The commander of United States Air Force operations in Europe and Africa expressed “very serious” concern Monday over what he described as big buildups of complex Russian missile defenses that increasingly threaten NATO military access to air space in parts of Europe, including one-third of the skies in Poland.
He also said Russia had started to engage in similar missile buildups in the Crimean Peninsula, which it annexed nearly two years ago from Ukraine, and in war-ravaged Syria, where Russian military forces have been assisting the government by bombing its insurgent foes for more than three months.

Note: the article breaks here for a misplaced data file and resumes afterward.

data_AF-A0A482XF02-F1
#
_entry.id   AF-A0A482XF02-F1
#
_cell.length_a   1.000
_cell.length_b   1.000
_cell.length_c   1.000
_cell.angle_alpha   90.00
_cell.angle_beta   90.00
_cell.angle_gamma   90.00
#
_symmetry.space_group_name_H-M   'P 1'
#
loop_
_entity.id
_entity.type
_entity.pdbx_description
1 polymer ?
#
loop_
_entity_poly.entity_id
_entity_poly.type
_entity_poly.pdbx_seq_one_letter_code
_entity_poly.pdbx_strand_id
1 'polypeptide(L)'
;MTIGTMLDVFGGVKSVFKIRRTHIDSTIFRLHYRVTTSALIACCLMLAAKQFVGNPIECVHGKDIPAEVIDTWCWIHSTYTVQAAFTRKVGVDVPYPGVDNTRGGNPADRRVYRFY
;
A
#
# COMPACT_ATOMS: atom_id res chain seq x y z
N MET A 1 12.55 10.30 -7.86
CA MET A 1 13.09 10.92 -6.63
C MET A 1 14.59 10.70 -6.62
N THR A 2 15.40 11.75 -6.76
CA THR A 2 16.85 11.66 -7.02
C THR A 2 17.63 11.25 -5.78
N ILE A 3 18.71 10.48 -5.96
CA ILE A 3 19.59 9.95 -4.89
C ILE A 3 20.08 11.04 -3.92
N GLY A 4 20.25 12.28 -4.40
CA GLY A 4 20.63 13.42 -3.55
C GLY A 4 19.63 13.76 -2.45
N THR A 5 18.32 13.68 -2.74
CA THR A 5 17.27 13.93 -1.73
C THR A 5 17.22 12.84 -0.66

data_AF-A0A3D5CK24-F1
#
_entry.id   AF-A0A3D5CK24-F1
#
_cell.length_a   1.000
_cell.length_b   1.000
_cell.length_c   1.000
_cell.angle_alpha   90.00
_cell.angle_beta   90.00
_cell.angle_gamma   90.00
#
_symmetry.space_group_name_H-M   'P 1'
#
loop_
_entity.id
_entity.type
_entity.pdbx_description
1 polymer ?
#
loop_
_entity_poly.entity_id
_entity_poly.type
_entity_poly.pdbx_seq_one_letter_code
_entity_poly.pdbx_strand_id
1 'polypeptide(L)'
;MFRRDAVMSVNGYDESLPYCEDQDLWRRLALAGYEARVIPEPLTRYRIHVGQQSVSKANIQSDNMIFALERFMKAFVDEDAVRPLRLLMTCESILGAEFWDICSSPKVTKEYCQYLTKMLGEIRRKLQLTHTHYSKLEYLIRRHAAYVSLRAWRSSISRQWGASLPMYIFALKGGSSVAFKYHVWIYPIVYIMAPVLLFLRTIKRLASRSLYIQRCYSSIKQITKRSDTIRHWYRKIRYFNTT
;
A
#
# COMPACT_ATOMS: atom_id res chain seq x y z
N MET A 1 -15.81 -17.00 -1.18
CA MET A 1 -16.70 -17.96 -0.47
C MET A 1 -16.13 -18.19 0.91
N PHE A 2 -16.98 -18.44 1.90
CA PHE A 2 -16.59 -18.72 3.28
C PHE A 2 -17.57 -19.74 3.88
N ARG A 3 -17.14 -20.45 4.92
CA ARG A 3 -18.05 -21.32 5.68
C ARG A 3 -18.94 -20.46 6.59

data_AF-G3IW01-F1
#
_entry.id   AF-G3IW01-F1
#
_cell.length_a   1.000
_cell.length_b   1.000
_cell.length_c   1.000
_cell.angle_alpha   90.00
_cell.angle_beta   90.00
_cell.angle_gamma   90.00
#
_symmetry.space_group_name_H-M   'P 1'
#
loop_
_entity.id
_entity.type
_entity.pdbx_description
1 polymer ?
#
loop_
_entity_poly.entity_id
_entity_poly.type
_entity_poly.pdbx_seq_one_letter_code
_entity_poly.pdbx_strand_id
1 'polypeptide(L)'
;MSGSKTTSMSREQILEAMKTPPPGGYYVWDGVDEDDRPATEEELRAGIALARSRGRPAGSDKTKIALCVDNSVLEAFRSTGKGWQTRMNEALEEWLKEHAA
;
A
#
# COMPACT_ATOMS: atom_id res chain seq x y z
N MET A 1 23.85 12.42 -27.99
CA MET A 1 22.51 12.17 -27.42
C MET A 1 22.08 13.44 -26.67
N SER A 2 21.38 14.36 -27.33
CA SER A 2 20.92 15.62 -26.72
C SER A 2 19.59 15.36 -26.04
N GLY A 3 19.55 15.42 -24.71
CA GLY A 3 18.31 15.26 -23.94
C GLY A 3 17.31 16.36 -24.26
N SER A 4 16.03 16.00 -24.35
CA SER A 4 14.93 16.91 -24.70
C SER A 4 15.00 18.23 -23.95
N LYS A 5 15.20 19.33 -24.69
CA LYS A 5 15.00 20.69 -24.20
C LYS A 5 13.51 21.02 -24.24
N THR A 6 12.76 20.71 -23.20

The commander, Gen. Frank Gorenc, whose responsibilities include Air Force operations covering 104 countries in Europe, Africa, Asia and parts of the Middle East, said the Russian strategy, known as anti-access/area denial, or A2/AD in military shorthand, was among the most worrisome trends he had seen.
Some of the heaviest concentrations of A2/AD deployments, General Gorenc said in an interview with The New York Times editorial board, are in Kaliningrad, a Russian enclave sandwiched between Poland and Lithuania on the Baltic coast. The surface-to-air missile systems there, he said, are “layered in a way that makes access to that area difficult,” with a spillover effect in parts of Poland and the Baltics, should NATO jets have reason to operate there.